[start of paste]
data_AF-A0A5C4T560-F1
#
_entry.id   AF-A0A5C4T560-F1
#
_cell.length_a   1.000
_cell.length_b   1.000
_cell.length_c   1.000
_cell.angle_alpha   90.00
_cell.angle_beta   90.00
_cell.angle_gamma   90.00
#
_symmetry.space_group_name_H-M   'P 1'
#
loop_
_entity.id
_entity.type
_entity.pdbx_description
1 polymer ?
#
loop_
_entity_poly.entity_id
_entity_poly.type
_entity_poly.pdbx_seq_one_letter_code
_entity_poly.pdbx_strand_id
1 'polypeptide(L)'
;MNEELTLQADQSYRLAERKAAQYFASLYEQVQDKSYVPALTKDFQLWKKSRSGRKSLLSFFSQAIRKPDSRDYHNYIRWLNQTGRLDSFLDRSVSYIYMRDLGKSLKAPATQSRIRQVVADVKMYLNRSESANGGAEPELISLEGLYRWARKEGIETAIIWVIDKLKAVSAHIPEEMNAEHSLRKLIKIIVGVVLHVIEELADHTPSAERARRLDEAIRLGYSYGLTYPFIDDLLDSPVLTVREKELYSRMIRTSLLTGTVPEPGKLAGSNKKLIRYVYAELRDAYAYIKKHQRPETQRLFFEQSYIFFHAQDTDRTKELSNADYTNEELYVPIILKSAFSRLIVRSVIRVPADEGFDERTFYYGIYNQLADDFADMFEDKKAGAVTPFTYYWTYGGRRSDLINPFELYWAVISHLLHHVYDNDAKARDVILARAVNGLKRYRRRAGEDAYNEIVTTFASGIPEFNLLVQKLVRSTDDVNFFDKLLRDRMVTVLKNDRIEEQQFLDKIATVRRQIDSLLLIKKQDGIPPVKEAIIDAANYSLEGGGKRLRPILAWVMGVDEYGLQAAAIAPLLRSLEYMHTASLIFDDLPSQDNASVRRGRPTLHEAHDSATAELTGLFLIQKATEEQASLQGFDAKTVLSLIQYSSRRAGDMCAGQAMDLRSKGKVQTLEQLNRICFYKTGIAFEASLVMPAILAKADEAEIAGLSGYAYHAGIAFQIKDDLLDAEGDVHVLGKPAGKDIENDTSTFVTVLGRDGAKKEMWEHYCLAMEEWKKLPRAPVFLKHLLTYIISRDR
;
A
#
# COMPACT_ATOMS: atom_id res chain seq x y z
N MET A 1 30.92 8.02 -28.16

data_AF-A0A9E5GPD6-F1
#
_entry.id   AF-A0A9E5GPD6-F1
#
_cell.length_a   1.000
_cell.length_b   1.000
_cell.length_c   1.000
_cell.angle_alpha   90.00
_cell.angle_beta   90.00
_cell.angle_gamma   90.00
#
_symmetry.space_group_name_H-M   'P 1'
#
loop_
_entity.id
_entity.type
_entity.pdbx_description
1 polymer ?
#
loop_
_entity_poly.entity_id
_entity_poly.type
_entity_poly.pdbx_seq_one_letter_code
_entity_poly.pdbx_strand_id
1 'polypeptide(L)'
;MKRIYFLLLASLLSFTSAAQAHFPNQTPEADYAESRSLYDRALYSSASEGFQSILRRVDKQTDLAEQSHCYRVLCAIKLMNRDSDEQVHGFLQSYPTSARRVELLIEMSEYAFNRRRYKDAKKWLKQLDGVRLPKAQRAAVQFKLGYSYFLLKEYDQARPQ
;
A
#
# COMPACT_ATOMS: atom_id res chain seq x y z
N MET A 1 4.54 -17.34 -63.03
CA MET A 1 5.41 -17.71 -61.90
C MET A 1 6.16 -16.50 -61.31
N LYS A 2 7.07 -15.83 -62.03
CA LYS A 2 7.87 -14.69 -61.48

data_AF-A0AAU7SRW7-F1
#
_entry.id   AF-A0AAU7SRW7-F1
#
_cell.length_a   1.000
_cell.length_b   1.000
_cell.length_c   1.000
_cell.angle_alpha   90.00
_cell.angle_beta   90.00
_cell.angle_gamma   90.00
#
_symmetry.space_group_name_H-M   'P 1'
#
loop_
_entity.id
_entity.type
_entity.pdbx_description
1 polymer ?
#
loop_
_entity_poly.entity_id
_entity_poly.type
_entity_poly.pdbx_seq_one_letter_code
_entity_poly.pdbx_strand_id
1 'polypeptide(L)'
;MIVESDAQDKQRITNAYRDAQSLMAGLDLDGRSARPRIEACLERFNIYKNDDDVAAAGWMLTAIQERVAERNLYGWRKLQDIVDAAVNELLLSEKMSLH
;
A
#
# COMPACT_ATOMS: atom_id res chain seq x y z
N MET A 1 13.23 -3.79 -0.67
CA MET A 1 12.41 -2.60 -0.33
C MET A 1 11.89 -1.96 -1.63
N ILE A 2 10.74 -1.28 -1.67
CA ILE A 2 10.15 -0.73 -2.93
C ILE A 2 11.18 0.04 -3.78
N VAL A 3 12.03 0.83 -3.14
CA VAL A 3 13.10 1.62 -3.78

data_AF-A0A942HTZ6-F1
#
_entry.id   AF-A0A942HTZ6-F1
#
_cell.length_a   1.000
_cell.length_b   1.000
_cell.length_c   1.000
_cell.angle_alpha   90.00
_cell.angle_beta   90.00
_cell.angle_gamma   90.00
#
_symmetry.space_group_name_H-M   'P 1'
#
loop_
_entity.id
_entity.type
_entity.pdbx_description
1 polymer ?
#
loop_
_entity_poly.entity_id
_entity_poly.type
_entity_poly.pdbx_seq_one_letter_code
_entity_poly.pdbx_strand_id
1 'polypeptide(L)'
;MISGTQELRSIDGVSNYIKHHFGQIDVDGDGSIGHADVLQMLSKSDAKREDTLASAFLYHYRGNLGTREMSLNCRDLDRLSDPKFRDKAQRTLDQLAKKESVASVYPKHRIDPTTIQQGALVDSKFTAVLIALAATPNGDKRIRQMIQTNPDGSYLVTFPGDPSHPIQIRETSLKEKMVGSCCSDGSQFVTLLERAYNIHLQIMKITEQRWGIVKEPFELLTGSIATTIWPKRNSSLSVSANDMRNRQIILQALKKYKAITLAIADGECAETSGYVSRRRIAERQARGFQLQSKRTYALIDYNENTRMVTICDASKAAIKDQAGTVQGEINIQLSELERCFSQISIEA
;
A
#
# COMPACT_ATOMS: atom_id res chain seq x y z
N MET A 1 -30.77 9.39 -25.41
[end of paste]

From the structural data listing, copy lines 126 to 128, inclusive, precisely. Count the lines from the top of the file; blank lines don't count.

_entity_poly.type
_entity_poly.pdbx_seq_one_letter_code
_entity_poly.pdbx_strand_id